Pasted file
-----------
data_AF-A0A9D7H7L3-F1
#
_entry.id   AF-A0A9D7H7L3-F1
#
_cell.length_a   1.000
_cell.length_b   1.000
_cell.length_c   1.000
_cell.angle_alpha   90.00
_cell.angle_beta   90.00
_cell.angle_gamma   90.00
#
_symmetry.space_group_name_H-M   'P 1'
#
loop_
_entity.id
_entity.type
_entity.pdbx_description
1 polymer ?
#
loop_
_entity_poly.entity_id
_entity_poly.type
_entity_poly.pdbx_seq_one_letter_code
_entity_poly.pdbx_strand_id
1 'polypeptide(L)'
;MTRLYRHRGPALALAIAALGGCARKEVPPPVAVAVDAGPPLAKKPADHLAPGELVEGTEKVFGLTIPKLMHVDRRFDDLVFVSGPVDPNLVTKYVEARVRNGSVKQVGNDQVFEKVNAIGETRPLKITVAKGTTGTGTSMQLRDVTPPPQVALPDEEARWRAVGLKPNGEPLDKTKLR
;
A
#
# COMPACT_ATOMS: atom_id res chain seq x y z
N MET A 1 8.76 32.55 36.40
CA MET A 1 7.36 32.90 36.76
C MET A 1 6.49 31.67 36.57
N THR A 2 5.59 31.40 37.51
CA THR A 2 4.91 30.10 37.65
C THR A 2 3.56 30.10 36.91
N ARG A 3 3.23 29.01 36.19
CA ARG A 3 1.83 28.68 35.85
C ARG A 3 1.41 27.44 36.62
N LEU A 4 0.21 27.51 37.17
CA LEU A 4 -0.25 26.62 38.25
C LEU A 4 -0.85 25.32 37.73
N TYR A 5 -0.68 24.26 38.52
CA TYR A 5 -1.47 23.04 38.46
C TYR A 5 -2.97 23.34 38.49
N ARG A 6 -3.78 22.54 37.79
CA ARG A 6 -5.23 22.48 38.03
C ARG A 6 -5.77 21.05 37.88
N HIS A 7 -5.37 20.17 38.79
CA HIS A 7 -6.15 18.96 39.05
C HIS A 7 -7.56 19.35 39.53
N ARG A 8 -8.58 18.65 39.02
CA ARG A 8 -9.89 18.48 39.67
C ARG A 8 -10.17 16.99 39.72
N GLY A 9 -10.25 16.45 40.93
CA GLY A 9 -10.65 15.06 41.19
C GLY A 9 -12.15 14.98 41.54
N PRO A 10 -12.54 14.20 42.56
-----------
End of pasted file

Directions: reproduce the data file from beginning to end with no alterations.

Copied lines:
data_AF-A0A9D7H7L3-F1
#
_entry.id   AF-A0A9D7H7L3-F1
#
_cell.length_a   1.000
_cell.length_b   1.000
_cell.length_c   1.000
_cell.angle_alpha   90.00
_cell.angle_beta   90.00
_cell.angle_gamma   90.00
#
_symmetry.space_group_name_H-M   'P 1'
#
loop_
_entity.id
_entity.type
_entity.pdbx_description
1 polymer ?
#
loop_
_entity_poly.entity_id
_entity_poly.type
_entity_poly.pdbx_seq_one_letter_code
_entity_poly.pdbx_strand_id
1 'polypeptide(L)'
;MTRLYRHRGPALALAIAALGGCARKEVPPPVAVAVDAGPPLAKKPADHLAPGELVEGTEKVFGLTIPKLMHVDRRFDDLVFVSGPVDPNLVTKYVEARVRNGSVKQVGNDQVFEKVNAIGETRPLKITVAKGTTGTGTSMQLRDVTPPPQVALPDEEARWRAVGLKPNGEPLDKTKLR
;
A
#
# COMPACT_ATOMS: atom_id res chain seq x y z
N MET A 1 8.76 32.55 36.40
CA MET A 1 7.36 32.90 36.76
C MET A 1 6.49 31.67 36.57
N THR A 2 5.59 31.40 37.51
CA THR A 2 4.91 30.10 37.65
C THR A 2 3.56 30.10 36.91
N ARG A 3 3.23 29.01 36.19
CA ARG A 3 1.83 28.68 35.85
C ARG A 3 1.41 27.44 36.62
N LEU A 4 0.21 27.51 37.17
CA LEU A 4 -0.25 26.62 38.25
C LEU A 4 -0.85 25.32 37.73
N TYR A 5 -0.68 24.26 38.52
CA TYR A 5 -1.47 23.04 38.46
C TYR A 5 -2.97 23.34 38.49
N ARG A 6 -3.78 22.54 37.79
CA ARG A 6 -5.23 22.48 38.03
C ARG A 6 -5.77 21.05 37.88
N HIS A 7 -5.37 20.17 38.79
CA HIS A 7 -6.15 18.96 39.05
C HIS A 7 -7.56 19.35 39.53
N ARG A 8 -8.58 18.65 39.02
CA ARG A 8 -9.89 18.48 39.67
C ARG A 8 -10.17 16.99 39.72
N GLY A 9 -10.25 16.45 40.93
CA GLY A 9 -10.65 15.06 41.19
C GLY A 9 -12.15 14.98 41.54
N PRO A 10 -12.54 14.20 42.56